AMSTERDAM/LONDON: Gold fell on Monday as an uptick in US Treasury yields dimmed bullion’s appeal, while investors awaited key US inflation and retail sales data for cues on economic health.
Spot gold was 0.6% down at $1,733.40 an ounce by 10:26 a.m. EDT (1426 GMT). US gold futures eased 0.6% to $1,734.20.
“The bond yields have stabilized right now, but they (elevated yields) are still an underlying negative for the metals markets that produce no dividend or yield,” said Kitco Metals senior analyst Jim Wyckoff. “The bulls lost a little bit of momentum and that is prompting shorter term technical traders to press the sell side, putting prices under pressure.”
Benchmark US Treasury yields edged higher on Monday before the Treasury Department’s sale of $96 billion in new three-year and 10-year notes, and ahead of key data releases this week, including consumer price inflation.
Retail sales data is also expected on Thursday.
Higher yields have threatened gold’s appeal as an inflation hedge as they increase the opportunity cost of holding bullion, which pays no interest.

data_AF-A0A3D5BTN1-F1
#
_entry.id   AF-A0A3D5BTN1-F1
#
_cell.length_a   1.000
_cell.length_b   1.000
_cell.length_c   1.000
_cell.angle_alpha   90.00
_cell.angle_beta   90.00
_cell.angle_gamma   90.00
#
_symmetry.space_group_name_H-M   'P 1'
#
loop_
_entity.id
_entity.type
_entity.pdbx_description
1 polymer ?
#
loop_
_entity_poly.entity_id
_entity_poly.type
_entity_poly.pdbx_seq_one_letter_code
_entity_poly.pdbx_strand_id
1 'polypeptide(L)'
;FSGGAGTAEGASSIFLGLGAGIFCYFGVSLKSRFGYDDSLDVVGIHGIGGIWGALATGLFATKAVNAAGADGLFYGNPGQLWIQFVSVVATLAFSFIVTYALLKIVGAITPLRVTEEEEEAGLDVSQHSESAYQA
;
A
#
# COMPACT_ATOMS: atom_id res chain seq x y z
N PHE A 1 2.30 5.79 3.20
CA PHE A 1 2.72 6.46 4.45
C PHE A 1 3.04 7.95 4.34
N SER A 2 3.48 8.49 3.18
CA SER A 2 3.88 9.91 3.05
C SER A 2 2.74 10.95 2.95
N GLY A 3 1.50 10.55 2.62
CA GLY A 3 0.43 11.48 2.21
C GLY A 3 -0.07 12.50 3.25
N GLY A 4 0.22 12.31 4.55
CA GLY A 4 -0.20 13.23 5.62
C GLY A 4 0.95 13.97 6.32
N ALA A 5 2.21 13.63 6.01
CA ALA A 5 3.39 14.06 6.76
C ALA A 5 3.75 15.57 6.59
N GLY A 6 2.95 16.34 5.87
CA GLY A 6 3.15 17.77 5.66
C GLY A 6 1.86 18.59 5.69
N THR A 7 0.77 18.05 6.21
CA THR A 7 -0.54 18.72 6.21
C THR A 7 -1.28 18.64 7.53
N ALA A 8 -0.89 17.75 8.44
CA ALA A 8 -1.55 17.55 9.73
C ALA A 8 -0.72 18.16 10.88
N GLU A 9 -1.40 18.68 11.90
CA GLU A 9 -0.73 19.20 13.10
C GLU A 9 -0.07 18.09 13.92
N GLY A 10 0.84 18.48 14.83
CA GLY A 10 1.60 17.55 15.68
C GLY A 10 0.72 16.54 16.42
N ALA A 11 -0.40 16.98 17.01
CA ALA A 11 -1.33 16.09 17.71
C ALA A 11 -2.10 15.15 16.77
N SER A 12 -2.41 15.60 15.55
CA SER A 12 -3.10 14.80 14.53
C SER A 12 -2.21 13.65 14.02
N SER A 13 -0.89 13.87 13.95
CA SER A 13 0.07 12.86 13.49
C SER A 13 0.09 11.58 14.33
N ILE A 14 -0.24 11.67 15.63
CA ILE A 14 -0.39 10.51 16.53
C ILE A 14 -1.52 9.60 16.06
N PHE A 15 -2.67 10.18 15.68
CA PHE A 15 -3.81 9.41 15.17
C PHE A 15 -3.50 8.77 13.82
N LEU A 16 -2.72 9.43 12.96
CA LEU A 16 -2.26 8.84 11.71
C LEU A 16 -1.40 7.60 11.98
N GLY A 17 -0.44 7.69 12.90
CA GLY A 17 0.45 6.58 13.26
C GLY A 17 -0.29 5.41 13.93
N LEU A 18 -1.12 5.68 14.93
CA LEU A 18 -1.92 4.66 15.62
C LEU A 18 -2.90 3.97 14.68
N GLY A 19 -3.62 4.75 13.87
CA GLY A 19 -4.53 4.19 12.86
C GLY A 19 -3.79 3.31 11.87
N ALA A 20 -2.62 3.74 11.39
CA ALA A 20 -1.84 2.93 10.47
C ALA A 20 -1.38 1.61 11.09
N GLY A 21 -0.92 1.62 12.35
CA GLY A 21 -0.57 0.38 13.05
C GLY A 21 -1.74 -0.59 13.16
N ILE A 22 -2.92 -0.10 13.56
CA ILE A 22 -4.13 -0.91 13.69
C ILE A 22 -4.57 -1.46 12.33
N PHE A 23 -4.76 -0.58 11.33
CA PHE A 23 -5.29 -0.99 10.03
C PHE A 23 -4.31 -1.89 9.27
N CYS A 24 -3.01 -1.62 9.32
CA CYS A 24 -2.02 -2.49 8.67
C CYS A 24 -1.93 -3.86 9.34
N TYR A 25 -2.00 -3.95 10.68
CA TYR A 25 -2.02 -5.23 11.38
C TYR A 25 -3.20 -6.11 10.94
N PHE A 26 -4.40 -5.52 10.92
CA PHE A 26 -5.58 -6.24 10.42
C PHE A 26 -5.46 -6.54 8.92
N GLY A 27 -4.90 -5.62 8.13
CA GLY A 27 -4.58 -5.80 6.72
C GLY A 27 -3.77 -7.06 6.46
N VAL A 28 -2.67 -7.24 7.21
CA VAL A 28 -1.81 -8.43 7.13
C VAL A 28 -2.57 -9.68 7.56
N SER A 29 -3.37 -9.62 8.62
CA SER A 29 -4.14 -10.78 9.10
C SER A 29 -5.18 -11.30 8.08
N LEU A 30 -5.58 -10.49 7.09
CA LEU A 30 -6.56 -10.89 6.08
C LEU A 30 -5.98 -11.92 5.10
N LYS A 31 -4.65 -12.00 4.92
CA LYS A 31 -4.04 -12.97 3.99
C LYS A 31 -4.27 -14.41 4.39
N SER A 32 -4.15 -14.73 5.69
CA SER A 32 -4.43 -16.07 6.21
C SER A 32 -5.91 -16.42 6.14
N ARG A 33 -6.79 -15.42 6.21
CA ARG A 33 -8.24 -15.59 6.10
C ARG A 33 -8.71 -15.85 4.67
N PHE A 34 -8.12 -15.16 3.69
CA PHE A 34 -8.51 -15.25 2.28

Federal Reserve Chair Jerome Powell, in comments that aired on Sunday night, said the US economy is at an “inflection point,” with hopes of more growth and hiring in the coming months, while risks of a spike in COVID-19 cases if there is a hasty reopening lingered.
A new Fed framework builds in allowances for inflation to run above the central bank’s 2% target for a time without the Fed intervening to rein it in.
StoneX analyst Rhona O’Connell said gold is likely to benefit if inflation rises much higher than the target, but added that “if we do start seeing inflation accelerating and people start thinking interest rates are going to go up again, then gold might struggle a bit.”
Among other precious metals, silver fell 1.6% to $24.83 per ounce, palladium was up 0.5% at $2,652.01 and platinum slipped 1.6% to $1,178.99.—Reuters